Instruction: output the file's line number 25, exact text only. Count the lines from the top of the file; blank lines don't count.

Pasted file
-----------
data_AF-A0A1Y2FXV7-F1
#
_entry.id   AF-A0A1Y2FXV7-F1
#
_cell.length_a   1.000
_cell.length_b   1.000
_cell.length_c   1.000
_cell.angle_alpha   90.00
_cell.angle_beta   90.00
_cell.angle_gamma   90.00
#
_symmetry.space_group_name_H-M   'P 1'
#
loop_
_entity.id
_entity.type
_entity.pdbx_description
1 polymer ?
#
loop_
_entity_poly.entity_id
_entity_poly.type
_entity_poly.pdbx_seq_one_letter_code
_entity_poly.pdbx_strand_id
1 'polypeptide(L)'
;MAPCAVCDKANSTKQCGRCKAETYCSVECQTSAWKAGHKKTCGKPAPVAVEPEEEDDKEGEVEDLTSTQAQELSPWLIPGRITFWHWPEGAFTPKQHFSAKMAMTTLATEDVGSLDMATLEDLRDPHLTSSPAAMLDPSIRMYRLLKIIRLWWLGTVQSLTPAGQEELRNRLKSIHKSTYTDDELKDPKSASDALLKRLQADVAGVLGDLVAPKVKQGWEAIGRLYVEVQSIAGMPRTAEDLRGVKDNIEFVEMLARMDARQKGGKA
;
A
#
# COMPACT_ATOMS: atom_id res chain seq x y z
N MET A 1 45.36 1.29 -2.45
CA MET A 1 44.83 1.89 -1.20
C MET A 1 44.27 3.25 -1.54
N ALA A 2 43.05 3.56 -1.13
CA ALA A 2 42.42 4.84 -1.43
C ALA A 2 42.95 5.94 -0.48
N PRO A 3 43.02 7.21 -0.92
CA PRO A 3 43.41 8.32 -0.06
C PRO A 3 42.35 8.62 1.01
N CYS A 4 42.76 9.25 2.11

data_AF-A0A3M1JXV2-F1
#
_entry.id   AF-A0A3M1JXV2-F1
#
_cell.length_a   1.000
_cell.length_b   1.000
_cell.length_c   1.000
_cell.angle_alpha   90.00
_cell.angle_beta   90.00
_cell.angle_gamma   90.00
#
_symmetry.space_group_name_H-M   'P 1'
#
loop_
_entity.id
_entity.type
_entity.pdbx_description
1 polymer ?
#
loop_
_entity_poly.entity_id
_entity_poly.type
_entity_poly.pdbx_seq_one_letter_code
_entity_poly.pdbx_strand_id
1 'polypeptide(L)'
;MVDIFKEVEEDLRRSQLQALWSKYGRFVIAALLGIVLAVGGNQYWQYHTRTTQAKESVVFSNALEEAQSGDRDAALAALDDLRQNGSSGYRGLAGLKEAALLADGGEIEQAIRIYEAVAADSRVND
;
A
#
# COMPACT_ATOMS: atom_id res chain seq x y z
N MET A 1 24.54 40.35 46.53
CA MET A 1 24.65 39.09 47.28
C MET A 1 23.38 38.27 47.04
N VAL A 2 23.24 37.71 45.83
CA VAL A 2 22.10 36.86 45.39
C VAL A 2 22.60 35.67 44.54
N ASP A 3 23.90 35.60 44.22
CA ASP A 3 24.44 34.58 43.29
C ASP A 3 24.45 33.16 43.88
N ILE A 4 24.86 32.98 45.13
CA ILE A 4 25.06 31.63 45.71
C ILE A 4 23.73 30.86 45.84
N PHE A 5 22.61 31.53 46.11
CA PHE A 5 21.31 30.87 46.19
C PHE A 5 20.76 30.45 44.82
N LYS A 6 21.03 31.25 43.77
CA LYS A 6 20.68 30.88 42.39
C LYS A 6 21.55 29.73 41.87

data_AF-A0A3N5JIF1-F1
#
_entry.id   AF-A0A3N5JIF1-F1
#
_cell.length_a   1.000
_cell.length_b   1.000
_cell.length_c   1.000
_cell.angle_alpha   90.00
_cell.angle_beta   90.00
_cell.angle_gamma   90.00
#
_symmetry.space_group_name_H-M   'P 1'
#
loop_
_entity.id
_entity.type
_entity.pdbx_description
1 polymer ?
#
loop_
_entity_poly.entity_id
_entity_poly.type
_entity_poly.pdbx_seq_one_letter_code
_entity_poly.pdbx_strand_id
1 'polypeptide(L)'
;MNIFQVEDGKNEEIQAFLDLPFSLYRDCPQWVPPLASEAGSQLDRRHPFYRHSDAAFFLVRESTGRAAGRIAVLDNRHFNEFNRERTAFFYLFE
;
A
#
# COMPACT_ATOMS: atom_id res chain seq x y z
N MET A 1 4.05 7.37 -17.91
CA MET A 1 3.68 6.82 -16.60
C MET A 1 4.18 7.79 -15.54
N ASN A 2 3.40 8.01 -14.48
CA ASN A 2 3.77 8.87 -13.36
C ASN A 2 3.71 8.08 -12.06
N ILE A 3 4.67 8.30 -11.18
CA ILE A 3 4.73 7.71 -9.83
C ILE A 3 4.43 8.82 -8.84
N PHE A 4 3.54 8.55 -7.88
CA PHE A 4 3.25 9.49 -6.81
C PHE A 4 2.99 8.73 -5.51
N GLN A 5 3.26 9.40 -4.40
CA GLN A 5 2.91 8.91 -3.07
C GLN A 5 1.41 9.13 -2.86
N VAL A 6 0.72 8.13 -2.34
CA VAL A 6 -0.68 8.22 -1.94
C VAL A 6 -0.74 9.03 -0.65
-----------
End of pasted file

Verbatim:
1 'polypeptide(L)'